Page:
DIY Hand Sanitiser Recipes Are Going 'Viral'

As cases of coronavirus rise around the world, people are going to drastic measures to protect themselves, including stock-piling on household essentials.

Hand sanitisers, antibacterial products, face masks and other general hygiene items have been in high demand for weeks, and now even toilet paper has disappeared from shelves as people panic buy.



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Under such circumstances, people have begun sharing 'recipes' for DIY hand sanitisers that can be made at home.

While many of the recipes differ, all of them include one essential ingredient -- alcohol. Specifically, those products which contain at least 60 percent alcohol content, such as vodka.



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According to the US Centre for Diseases Control and Prevention, alcohol-based hand sanitisers are the most effective method to use when soap and water is not available.

"Many studies have found that sanitizers with an alcohol concentration between 60–95 percent are more effective at killing germs than those with a lower alcohol concentration or non-alcohol-based hand sanitizers," the Centre says on its website.

It's important to note, however, that because of the use of alcohol it's important to be wary around children, because of the inadvertent risk of consumption.

Online DIY recipes also use a number of other main ingredients for homemade hand sanitisers, including aloe vera and vinegar.

Many online recipes include aloe vera. Image: Getty

Some of the recipes, which had been shared online even prior to the coronavirus outbreak, suggest using essential oils such as lavender and tea tree, which can also help cut through the smell of the alcohol.

Washing Hands Still The "Best Weapon"

But despite hand sanitiser products selling out in stores across the country, health authorities are continuing to remind Australians the most effective hygiene method to protect from the spread of infectious diseases is washing hands with soap and water.

Queensland's Chief Health Officer Dr Jeannette Young has repeatedly stressed the best weapon the community can use against the virus is hand-washing.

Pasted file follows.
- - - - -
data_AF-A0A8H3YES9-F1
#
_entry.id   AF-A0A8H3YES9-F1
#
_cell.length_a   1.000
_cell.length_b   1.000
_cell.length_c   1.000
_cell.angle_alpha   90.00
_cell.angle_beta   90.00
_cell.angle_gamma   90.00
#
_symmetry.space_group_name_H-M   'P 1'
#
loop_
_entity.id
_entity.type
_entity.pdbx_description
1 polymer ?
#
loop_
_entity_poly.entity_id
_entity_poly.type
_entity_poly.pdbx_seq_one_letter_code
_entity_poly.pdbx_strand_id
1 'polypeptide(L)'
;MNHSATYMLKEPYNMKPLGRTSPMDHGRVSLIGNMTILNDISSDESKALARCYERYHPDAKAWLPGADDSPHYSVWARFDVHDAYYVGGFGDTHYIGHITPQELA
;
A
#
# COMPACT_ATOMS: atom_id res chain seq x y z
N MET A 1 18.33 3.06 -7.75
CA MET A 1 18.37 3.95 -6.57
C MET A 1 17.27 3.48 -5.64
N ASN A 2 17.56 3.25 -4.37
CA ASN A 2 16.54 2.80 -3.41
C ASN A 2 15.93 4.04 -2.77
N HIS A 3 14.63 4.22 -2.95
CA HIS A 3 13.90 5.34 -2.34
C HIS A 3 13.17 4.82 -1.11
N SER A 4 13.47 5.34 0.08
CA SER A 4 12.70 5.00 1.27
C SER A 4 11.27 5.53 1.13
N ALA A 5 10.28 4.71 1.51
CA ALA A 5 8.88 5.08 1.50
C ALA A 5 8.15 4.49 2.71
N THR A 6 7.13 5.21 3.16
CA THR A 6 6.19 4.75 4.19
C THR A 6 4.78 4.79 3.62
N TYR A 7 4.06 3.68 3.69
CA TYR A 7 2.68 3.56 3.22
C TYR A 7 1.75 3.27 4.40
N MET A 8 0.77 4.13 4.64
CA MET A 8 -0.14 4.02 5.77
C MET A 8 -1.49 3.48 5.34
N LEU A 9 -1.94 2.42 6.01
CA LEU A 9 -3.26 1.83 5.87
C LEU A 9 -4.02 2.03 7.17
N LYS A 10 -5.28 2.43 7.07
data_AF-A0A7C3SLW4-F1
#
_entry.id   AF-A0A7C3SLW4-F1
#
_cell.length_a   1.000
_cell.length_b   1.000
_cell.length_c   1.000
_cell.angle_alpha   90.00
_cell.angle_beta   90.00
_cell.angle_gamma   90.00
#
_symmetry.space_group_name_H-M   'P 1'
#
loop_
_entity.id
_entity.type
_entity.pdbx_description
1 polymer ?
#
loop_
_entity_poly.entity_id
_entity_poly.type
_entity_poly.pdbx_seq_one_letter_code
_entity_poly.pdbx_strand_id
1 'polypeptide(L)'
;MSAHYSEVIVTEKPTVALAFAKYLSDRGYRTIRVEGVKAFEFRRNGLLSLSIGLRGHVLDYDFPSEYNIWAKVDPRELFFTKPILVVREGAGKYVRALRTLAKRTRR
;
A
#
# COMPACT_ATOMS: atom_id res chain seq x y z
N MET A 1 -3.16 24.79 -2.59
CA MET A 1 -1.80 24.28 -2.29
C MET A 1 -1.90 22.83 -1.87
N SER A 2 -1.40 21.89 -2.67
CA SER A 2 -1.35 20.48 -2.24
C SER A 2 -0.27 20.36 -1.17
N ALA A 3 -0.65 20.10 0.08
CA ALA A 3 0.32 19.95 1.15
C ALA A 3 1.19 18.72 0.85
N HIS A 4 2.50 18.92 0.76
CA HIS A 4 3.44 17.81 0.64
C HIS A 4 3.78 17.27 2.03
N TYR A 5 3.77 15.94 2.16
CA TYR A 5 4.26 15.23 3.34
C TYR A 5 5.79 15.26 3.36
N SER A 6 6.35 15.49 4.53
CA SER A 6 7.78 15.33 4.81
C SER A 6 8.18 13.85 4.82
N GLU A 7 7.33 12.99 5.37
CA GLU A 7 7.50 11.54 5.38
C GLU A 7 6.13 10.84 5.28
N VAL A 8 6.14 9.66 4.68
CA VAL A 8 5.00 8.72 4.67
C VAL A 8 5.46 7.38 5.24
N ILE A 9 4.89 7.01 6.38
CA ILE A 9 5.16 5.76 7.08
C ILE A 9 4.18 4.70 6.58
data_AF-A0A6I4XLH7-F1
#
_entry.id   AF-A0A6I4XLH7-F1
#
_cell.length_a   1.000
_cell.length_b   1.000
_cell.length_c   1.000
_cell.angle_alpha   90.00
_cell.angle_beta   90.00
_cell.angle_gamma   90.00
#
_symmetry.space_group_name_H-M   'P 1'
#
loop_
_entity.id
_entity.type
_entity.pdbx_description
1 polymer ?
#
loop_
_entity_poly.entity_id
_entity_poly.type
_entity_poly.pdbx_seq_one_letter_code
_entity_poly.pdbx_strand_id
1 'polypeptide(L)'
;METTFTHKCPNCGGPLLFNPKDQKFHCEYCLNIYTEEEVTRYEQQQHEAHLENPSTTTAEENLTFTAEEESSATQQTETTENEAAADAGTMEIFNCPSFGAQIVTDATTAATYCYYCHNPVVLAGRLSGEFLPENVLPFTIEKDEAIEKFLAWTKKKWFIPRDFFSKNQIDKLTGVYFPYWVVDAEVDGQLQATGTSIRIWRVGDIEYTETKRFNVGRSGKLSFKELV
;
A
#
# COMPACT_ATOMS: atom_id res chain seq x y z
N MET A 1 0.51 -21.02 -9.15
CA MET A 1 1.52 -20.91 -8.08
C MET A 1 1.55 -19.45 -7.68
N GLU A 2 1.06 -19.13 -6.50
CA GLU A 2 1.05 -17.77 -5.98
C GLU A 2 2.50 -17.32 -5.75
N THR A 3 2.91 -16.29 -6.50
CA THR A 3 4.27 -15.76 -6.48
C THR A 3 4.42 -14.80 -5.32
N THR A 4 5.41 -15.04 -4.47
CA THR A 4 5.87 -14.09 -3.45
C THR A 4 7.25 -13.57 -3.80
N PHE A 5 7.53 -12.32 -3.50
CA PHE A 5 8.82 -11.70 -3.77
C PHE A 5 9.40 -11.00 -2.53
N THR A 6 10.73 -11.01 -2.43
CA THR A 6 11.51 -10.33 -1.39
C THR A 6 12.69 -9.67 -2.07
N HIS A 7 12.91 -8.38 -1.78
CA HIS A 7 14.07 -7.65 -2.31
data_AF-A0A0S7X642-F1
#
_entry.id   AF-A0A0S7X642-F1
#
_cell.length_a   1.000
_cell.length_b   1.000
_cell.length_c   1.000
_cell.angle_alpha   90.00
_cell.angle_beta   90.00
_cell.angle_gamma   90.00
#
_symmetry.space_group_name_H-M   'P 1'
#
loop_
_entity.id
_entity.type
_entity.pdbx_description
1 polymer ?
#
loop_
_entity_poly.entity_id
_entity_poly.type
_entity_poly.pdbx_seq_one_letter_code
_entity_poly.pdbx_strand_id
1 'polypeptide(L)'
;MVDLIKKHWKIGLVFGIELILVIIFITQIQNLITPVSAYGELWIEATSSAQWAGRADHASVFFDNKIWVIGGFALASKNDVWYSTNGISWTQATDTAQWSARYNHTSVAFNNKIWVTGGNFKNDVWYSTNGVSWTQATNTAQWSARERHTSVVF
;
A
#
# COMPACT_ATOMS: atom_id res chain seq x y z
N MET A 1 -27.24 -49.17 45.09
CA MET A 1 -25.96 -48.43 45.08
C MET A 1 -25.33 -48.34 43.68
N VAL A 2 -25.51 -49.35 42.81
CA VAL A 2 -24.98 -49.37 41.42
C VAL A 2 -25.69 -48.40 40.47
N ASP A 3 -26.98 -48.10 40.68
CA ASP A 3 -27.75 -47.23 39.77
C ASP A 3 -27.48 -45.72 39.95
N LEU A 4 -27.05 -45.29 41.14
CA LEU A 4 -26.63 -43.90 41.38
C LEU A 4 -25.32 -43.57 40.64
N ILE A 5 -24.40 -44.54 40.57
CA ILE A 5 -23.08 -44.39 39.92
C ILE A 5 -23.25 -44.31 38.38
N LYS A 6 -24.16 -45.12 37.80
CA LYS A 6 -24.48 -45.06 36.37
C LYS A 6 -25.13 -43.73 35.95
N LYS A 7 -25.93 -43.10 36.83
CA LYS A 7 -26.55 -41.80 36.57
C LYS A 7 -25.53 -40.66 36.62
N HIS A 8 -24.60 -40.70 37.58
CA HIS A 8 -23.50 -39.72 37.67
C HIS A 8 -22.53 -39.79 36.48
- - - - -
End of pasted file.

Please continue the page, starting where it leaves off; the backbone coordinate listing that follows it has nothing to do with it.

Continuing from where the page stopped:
"Washing your hands is the gold standard of health advice as far as coronavirus goes," Young said again on Tuesday, as the state confirmed another case of the virus, bringing the nation's total to 36.

“Washing your hands properly and often means that you can help prevent viruses from entering your body.”

Image: Getty

Other states have also issued similar advice to the community.

On Monday, NSW Health Minister Brad Hazard also said it was time to put a stop to the "Aussie" handshake.

“A pat on the back rather than a handshake will help,” Hazzard said.

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But Curtin University's Pro Vice-Chancellor of Health Sciences Professor Archie Clements said hand sanitiser products can still form a "key part" of good hygiene.

Clements told 10 daily that regularly washing your hands, covering your face when you sneeze and cough and using tissues are the basics that all members of the community should be doing to help prevent the spread of disease.

He said people should also avoid shaking hands and physical contact where possible, particularly around large groups of people.

"Hand sanitisers are one of the key strategies, whereas face masks are probably not that useful," he said.

"I think it's probably always best to rely on commercially developed products that are being tested in terms of their effectiveness," he added.

How Is Hand Sanitiser Different From Hand Washing?

Clements said the main difference between hand sanitisers and soap and water is that handwashing is effective in the actual removal of dirt, viruses, and bacteria.

Hand sanitisers don't remove them from your hands, but simply kill the viruses and bacteria that are on the surface of the hand.

"Basically what you should do is regularly wash your hands with soap if you sneeze or cough, cover your face with a tissue and then discard the tissue in the bin."



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Clements said while he wasn't surprised that stores had begun selling out of hygiene products, he believes people in the general community should be cautious and prepared, but not overreact.

He believes China's initial response to the virus outbreak allowed countries like Australia to develop an awareness of the disease and prepare themselves for a potential global spread.

"There's no need for mass panic, really the people that should be concerned are the elderly and people with pre-existing medical conditions," Clements said.

"For the general public, I think it's just practising good hygiene and going about your daily business."

Main image: @NiamhFitz